Posted on Monday, October 8, 2012 by Peter Knego
Peter Knego continues his visit with a tour of B and C Decks and the engine room of the world’s only nuclear-powered commercial passenger ship, the NS SAVANNAH of 1962.
All photos and copyright Peter Knego 2012 unless otherwise noted.
Tuesday, September 18, 2012, ctd.
Reached via the main staircase, B Deck is the SAVANNAH’s lowest passenger level.
The dining room is quite possibly the most spectacular of all of SAVANNAH’s Googie style spaces.
At the entry, a glass screen once again holds a bronze model of the SS SAVANNAH.
The original carpeting has managed to stay intact despite the march of time.
And so have the little details, such as the “hatbox” cushions in a corner booth, the original wall paper and the room’s cerrated perimeter.
Enough of the original chairs have survived to furnish the captain’s table. Other seating has come off cargo ships from the same era.
SAVANNAH had her own custom-designed service ware, a selection of which has been put on display.
At the aft end of the space, “Fission” is a remarkable sculpture worthy of a closer look.
Even the recessed lighting shared in the distinctive theme.
The galley, which boasts a microwave prototype in the form of a water-cooled Raytheon Radarange oven, is immediately aft of the Dining Room.
C Deck is home to the laundry room. Note the colorful tilework.
The contrast between a refurbished crew cabin and one that was cleaned up but left “as is” shows how much work has been put into the SAVANNAH thus far.
C Deck is also where the upper level of the reactor compartment was once accessed. Nearby, there are displays detailing the safety issues of atomic power.
As SAVANNAH was designed to function as an emissary for the positive use of nuclear power, she has a unique “Engine Room Viewing Plaform” with displays explaining to her many thousands of visitors how she was powered. From here, there is a view over the machinery spaces as well as the glass-enclosed control room.
D Deck contains the holds, the reactor and engine room, itself.
Aside from the reactor, SAVANNAH has an otherwise relatively traditional steam power plant with modified De Laval geared turbines that produced 20,000 shaft horsepower to drive her single screw (now mounted near the fantail) at an average speed of 20 knots (24 maximum). A back up emergency generator (located inside the “teardrop” on aft Bridge Deck) could power the turbine and cooling system in case of an emergency and the SAVANNAH was made more maneuverable in the event she needed to be moved quickly.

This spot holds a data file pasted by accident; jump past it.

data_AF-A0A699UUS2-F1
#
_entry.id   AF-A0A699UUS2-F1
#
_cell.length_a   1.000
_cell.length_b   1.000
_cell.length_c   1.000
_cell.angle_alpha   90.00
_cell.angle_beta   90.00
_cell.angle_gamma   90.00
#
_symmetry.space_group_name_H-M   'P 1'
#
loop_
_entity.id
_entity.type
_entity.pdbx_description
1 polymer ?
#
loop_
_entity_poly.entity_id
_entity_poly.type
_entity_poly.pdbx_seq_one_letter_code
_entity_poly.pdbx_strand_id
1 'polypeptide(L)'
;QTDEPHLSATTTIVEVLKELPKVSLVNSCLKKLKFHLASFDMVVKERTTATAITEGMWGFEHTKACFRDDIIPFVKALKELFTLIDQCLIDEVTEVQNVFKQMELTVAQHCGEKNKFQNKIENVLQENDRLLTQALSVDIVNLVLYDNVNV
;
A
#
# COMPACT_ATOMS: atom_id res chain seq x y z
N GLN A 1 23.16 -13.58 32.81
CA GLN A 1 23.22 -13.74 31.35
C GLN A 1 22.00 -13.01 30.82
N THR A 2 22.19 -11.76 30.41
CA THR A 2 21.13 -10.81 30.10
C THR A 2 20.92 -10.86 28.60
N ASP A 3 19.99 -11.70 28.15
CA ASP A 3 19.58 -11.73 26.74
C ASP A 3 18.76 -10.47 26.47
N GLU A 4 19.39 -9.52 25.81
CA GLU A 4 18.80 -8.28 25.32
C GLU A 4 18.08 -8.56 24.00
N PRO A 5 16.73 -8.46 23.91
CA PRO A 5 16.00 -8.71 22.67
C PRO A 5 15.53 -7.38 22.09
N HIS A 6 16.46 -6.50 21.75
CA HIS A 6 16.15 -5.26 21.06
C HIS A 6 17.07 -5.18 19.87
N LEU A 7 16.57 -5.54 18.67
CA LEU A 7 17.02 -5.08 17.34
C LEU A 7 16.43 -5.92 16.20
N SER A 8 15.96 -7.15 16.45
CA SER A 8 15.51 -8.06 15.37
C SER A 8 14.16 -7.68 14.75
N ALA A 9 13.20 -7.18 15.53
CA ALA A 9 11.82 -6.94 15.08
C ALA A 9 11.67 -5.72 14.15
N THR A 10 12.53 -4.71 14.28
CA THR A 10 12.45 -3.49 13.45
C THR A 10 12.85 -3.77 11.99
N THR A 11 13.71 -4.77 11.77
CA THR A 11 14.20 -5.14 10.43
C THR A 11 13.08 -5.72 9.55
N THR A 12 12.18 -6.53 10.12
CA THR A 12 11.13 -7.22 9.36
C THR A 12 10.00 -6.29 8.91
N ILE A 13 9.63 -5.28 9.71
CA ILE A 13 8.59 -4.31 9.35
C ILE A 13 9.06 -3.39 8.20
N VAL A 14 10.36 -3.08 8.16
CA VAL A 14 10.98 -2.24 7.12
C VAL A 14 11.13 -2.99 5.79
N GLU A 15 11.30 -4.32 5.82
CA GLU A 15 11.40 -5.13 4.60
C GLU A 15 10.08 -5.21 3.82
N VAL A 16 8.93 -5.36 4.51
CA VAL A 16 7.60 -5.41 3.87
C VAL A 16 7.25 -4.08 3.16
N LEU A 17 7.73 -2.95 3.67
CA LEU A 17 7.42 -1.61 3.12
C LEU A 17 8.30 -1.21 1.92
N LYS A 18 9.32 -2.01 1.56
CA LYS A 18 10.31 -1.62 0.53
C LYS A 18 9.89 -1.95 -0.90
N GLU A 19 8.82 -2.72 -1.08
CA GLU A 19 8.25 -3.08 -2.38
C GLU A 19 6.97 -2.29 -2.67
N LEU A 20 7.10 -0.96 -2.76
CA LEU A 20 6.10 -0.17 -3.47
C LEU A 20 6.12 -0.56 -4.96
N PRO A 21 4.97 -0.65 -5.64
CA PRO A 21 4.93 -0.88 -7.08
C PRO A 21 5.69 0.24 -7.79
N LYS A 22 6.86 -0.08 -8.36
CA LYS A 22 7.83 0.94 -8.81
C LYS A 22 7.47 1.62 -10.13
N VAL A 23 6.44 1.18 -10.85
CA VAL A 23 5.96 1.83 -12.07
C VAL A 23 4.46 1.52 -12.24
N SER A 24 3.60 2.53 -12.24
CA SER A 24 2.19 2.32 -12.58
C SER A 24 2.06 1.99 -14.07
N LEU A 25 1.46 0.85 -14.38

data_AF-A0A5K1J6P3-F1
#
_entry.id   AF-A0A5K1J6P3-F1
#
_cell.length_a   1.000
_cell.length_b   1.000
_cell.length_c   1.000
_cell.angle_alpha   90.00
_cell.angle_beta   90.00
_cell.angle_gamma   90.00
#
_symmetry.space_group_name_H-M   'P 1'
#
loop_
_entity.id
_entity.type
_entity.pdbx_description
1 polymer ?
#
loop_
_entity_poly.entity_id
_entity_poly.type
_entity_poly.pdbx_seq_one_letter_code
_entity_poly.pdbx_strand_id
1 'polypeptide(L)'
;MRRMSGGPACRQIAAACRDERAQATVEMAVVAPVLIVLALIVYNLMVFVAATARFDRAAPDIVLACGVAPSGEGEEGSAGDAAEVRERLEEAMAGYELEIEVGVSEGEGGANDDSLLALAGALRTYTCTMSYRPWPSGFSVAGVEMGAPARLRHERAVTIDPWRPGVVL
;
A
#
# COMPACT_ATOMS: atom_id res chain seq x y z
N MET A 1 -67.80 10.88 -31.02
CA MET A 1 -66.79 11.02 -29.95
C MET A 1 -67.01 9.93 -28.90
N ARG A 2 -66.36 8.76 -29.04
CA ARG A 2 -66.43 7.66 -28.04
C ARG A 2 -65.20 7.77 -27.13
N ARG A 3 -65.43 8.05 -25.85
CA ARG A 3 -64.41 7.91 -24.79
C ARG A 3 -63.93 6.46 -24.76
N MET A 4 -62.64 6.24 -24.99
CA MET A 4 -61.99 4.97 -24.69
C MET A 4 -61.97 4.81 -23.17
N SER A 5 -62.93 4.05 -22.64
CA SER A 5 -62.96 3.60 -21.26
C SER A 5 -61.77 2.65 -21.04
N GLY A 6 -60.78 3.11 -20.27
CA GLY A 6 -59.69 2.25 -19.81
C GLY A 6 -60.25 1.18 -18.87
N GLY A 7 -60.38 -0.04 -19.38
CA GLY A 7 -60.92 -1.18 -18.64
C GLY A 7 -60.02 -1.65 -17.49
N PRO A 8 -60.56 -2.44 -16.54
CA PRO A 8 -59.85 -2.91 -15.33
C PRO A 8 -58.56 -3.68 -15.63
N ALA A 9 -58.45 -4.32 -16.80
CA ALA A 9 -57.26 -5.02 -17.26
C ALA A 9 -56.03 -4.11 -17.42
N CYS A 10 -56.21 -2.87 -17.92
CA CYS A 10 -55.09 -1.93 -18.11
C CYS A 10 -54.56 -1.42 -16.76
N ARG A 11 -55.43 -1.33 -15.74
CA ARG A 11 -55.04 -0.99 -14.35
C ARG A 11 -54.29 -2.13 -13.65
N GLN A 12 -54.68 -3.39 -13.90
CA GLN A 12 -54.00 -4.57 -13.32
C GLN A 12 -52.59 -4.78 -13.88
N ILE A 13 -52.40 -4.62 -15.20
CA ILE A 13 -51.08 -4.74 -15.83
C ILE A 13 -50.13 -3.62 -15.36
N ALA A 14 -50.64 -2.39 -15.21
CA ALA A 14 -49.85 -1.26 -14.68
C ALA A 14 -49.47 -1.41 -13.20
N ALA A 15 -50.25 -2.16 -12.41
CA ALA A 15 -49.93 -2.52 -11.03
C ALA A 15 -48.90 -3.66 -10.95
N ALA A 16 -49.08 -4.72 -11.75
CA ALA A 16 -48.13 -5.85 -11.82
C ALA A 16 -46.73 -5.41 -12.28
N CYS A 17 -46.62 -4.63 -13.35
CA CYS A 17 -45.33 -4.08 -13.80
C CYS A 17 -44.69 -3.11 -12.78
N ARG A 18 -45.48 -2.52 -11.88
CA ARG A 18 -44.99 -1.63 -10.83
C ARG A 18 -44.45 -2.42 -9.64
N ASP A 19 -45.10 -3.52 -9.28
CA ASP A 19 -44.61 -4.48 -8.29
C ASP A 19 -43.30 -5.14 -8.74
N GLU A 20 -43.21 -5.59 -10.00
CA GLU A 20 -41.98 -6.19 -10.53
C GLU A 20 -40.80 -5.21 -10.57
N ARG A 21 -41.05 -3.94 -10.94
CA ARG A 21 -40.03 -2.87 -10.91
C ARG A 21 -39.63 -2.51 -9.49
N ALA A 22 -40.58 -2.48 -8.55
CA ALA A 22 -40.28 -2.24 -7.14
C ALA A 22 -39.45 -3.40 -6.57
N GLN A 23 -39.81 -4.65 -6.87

The SAVANNAH’s control room is immediately aft of the engine space and unique for its glass facade, which must have made her engineers feel a bit “exposed” at times.
The main switchboard is directly aft of the control room on D Deck level.
Our time was up and we had to hit the road back to Pennsylvania in order to escape the ravages of what ended up being a non-storm event. Hopefully, I will be able to return to the SAVANNAH in the not-too-distant future to finish documenting one of the most extraordinary ships ever built. Hats off to the team at MARAD and the NS SAVANNAH Association for their incredible work in bringing the SAVANNAH back from the brink! I’d like to stick my neck out here to say that she is a great example to show what can be done with key areas of a preserved SS UNITED STATES.
While the ship is not accessible for daily visits, she is opened up to the public several times a year. Private parties can also reserve the ship’s facilities for a limited number of functions. For more information, please go to the NS SAVANNAH Association site.
End Of “Atomic Aesthetic: NS SAVANNAH, Part Three”
With Very Special Thanks: Martin Cox, Rob Di Stefano, Erhard Koehler